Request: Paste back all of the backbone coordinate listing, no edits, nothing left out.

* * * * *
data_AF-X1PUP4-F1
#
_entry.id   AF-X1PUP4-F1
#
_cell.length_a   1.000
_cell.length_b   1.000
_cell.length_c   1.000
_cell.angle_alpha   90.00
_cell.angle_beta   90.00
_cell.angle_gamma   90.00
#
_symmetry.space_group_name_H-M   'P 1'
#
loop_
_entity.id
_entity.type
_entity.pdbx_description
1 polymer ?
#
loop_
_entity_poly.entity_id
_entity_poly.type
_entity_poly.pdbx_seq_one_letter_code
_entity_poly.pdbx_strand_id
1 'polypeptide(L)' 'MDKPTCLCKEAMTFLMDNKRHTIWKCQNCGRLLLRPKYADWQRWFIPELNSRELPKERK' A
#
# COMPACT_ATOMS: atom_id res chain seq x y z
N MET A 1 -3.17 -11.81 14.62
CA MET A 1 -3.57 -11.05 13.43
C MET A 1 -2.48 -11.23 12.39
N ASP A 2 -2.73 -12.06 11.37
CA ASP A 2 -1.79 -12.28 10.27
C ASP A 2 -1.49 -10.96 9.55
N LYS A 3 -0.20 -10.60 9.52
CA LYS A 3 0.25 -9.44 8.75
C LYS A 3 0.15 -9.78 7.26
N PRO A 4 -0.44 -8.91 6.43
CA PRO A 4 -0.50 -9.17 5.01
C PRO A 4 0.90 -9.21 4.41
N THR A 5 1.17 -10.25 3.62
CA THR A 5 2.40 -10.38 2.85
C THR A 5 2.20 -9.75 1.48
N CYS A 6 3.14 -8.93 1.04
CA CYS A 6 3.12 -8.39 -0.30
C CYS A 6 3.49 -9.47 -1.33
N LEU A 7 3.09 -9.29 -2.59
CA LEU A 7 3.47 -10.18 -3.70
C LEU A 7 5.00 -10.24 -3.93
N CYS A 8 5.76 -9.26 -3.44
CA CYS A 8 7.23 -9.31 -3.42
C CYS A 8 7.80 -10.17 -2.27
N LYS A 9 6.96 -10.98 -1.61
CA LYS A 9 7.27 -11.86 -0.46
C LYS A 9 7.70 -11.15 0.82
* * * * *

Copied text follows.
data_AF-X1PUP4-F1
#
_entry.id   AF-X1PUP4-F1
#
_cell.length_a   1.000
_cell.length_b   1.000
_cell.length_c   1.000
_cell.angle_alpha   90.00
_cell.angle_beta   90.00
_cell.angle_gamma   90.00
#
_symmetry.space_group_name_H-M   'P 1'
#
loop_
_entity.id
_entity.type
_entity.pdbx_description
1 polymer ?
#
loop_
_entity_poly.entity_id
_entity_poly.type
_entity_poly.pdbx_seq_one_letter_code
_entity_poly.pdbx_strand_id
1 'polypeptide(L)' 'MDKPTCLCKEAMTFLMDNKRHTIWKCQNCGRLLLRPKYADWQRWFIPELNSRELPKERK' A
#
# COMPACT_ATOMS: atom_id res chain seq x y z
N MET A 1 -3.17 -11.81 14.62
CA MET A 1 -3.57 -11.05 13.43
C MET A 1 -2.48 -11.23 12.39
N ASP A 2 -2.73 -12.06 11.37
CA ASP A 2 -1.79 -12.28 10.27
C ASP A 2 -1.49 -10.96 9.55
N LYS A 3 -0.20 -10.60 9.52
CA LYS A 3 0.25 -9.44 8.75
C LYS A 3 0.15 -9.78 7.26
N PRO A 4 -0.44 -8.91 6.43
CA PRO A 4 -0.50 -9.17 5.01
C PRO A 4 0.90 -9.21 4.41
N THR A 5 1.17 -10.25 3.62
CA THR A 5 2.40 -10.38 2.85
C THR A 5 2.20 -9.75 1.48
N CYS A 6 3.14 -8.93 1.04
CA CYS A 6 3.12 -8.39 -0.30
C CYS A 6 3.49 -9.47 -1.33
N LEU A 7 3.09 -9.29 -2.59
CA LEU A 7 3.47 -10.18 -3.70
C LEU A 7 5.00 -10.24 -3.93
N CYS A 8 5.76 -9.26 -3.44
CA CYS A 8 7.23 -9.31 -3.42
C CYS A 8 7.80 -10.17 -2.27
N LYS A 9 6.96 -10.98 -1.61
CA LYS A 9 7.27 -11.86 -0.46
C LYS A 9 7.70 -11.15 0.82